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Judge: Mexican mother can keep children in Brooklyn

Immigrants throughout New York have to confront child custody issues relating to the Hague Convention on the Civil Aspects of International Child Abduction. What usually happens is that one parent will take a child either out of or into the United States, and the parent who is left behind will petition to have the kids returned to their "habitual" residence. Like other child custody disputes, these cases are not simple and require legal guidance to achieve the best outcome.

Recently, a federal judge in New York ruled in favor of a Mexican mother living in Brooklyn. In 2010, she brought her three children to the U.S. after her husband allegedly became abusive. He denies that claim, and in 2011, referring to the Hague Convention, he petitioned to have his kids, ages 17, 15 and 10, returned to Mexico.

The mother argued that returning the children to Mexico would put them at risk of being harmed by their father. In weighing the aspects of the case, the judge decided there was not enough evidence to prove that the father might harm the children. However, the judge did find that two of kids -- the 15-year-old and the 10-year-old -- had adjusted well to living in Brooklyn, so those children can remain with their mother.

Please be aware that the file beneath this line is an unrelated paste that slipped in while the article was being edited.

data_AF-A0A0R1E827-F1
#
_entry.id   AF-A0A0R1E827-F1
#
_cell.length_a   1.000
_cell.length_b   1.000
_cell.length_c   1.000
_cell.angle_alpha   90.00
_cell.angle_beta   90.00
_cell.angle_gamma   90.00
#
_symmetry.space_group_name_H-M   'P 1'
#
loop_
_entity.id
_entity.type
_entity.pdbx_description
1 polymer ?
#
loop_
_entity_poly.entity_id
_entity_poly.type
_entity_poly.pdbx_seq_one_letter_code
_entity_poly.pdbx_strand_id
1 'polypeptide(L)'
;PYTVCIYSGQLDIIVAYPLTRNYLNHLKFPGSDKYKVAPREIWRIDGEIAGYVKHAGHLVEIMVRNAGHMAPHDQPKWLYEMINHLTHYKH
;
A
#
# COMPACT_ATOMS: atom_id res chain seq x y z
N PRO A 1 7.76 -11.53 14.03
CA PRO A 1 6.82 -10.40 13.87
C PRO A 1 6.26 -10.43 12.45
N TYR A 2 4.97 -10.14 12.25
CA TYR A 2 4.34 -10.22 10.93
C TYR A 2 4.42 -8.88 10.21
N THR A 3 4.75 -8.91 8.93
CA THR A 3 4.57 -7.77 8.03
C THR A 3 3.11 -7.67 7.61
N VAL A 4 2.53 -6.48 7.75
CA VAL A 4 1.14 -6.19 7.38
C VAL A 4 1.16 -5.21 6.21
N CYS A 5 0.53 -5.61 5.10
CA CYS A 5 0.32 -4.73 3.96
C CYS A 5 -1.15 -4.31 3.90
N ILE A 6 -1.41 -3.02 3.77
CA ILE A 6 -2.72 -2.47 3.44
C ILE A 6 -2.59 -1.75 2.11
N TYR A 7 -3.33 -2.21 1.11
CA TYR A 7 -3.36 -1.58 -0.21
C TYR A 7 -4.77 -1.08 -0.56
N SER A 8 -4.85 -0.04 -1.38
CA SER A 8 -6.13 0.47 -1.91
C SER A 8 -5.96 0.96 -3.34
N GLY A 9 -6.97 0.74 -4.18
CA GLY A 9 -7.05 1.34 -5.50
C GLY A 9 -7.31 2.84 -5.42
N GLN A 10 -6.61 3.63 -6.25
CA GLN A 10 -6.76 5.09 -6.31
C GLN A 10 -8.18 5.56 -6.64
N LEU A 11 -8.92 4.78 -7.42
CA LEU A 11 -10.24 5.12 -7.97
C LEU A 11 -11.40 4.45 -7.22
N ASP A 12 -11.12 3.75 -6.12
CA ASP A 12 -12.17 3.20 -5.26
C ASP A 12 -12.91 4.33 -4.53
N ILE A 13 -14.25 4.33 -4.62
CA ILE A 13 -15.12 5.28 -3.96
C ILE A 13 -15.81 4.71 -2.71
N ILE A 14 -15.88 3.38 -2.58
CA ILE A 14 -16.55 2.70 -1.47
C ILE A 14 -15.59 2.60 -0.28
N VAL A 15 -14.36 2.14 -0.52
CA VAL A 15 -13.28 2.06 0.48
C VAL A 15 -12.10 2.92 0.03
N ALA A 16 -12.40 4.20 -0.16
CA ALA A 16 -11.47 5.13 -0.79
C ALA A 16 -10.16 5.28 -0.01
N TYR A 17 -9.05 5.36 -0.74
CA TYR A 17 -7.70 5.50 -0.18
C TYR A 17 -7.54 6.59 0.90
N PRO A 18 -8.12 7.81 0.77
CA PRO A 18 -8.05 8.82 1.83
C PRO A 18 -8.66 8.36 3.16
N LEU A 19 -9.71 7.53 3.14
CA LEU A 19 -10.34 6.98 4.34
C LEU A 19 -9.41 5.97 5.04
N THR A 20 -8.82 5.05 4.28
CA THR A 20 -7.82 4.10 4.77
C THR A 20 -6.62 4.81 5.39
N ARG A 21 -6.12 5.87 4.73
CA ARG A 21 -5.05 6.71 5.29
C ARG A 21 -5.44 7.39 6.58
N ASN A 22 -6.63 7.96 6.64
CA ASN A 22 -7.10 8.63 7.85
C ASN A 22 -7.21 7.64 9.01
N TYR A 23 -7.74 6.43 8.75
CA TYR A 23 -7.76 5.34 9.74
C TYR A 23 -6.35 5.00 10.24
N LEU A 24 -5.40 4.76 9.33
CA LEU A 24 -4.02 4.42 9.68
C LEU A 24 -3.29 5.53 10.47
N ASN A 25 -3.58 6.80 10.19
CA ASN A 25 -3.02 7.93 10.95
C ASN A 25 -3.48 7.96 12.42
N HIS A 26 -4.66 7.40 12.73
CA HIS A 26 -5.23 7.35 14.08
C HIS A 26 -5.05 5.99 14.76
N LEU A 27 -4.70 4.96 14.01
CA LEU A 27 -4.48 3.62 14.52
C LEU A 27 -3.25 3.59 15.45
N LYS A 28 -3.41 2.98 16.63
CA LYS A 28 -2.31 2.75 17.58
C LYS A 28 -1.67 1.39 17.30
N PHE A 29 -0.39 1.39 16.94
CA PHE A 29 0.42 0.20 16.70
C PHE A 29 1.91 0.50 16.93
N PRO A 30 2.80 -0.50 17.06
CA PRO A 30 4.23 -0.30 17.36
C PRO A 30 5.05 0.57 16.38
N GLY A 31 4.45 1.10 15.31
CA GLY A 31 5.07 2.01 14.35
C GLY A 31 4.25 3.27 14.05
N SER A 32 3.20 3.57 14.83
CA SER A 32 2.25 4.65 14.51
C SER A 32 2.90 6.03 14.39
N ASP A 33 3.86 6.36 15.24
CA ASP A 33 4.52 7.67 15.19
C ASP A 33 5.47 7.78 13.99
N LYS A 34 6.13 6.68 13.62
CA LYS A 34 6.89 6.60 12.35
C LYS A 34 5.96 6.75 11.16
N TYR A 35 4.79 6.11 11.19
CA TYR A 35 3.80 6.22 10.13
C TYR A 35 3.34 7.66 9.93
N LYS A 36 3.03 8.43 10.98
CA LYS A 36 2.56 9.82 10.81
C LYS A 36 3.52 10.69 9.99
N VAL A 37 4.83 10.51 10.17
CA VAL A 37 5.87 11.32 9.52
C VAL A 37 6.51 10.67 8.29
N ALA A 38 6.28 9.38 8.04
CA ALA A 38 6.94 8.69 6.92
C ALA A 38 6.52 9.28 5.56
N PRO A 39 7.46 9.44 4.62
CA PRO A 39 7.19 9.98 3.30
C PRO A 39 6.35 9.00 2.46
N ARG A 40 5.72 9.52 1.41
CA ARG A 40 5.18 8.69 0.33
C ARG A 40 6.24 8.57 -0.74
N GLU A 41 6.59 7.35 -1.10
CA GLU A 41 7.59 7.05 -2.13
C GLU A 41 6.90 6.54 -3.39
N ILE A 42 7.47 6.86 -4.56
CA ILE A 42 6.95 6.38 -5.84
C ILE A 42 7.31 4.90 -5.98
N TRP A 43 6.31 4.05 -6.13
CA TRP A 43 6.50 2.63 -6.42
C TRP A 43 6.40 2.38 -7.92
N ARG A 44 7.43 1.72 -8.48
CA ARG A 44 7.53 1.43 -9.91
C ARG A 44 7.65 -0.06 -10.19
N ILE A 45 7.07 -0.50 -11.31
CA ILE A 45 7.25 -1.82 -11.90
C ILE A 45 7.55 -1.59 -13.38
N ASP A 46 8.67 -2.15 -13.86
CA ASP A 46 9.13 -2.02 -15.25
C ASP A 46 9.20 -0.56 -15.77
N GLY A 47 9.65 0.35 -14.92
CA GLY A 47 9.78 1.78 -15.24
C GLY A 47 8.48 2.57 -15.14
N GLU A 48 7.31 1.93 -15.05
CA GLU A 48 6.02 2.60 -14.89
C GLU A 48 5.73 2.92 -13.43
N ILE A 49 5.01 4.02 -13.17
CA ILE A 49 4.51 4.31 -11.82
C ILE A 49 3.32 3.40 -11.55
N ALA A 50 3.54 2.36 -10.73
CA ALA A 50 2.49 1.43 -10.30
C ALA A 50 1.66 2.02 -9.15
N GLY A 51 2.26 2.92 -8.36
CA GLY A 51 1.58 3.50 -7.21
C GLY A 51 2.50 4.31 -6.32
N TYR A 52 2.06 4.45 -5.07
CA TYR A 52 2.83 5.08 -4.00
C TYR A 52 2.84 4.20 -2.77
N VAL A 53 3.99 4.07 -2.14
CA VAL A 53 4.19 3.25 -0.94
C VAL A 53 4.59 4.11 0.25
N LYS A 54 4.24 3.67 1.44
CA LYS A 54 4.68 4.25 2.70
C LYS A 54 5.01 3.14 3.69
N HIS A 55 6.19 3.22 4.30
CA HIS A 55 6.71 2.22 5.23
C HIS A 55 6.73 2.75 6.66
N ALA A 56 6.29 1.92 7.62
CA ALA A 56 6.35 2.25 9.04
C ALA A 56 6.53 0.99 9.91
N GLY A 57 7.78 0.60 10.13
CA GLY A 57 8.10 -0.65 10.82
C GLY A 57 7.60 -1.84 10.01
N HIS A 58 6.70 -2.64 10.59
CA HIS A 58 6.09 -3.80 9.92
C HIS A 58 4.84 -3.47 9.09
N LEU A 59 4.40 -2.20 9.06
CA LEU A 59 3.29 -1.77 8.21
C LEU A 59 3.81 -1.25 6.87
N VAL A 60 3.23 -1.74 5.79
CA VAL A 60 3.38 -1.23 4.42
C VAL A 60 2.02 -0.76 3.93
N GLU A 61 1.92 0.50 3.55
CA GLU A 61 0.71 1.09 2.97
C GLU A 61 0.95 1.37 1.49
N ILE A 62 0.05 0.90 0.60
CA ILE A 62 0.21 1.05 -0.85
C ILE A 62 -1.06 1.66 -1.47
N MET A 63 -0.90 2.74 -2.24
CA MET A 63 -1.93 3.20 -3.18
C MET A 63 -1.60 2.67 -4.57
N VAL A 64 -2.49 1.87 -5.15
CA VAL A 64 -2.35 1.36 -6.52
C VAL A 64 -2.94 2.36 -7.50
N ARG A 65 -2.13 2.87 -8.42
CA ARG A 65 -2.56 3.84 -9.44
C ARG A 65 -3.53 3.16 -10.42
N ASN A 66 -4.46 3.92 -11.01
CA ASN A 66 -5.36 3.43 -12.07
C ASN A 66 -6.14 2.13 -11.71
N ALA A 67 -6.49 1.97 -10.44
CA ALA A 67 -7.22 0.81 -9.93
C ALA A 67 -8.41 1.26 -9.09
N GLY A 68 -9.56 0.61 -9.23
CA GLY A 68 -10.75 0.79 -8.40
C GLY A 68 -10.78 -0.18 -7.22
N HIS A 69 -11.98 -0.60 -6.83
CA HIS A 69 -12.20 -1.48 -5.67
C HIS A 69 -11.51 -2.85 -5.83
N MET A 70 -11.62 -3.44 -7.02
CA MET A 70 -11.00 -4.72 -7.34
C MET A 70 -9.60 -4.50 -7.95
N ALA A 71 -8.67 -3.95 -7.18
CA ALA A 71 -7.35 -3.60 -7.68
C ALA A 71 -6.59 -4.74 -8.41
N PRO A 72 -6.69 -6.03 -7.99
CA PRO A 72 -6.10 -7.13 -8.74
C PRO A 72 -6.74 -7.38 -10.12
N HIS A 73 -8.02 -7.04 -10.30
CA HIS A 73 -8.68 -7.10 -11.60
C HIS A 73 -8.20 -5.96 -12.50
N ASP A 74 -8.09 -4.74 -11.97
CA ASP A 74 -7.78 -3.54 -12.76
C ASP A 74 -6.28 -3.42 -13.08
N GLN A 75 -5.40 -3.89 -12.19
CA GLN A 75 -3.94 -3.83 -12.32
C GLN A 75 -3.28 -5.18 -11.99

The Hague Convention only applies to children who are under 16, so the father's attempt to have his 17-year-old son returned was dismissed.

In his decision, the judge said that he was unwilling to "further fracture the family unit." He also referred to the Judgment of Solomon allegory when he said that sending the kids back to Mexico would be like "cutting the baby in half."

In all child custody disputes, the best interests of the children are the court's top priority. Determining what those best interests are, however, requires persuasive evidence. New York residents going through a child custody dispute will want to make all of the necessary legal preparations to ensure the strongest possible case.

Source: law.com, "Kids Born in Mexico Can Stay in New York, Federal Judge Rules," Andrew Keshner, March 14, 2013

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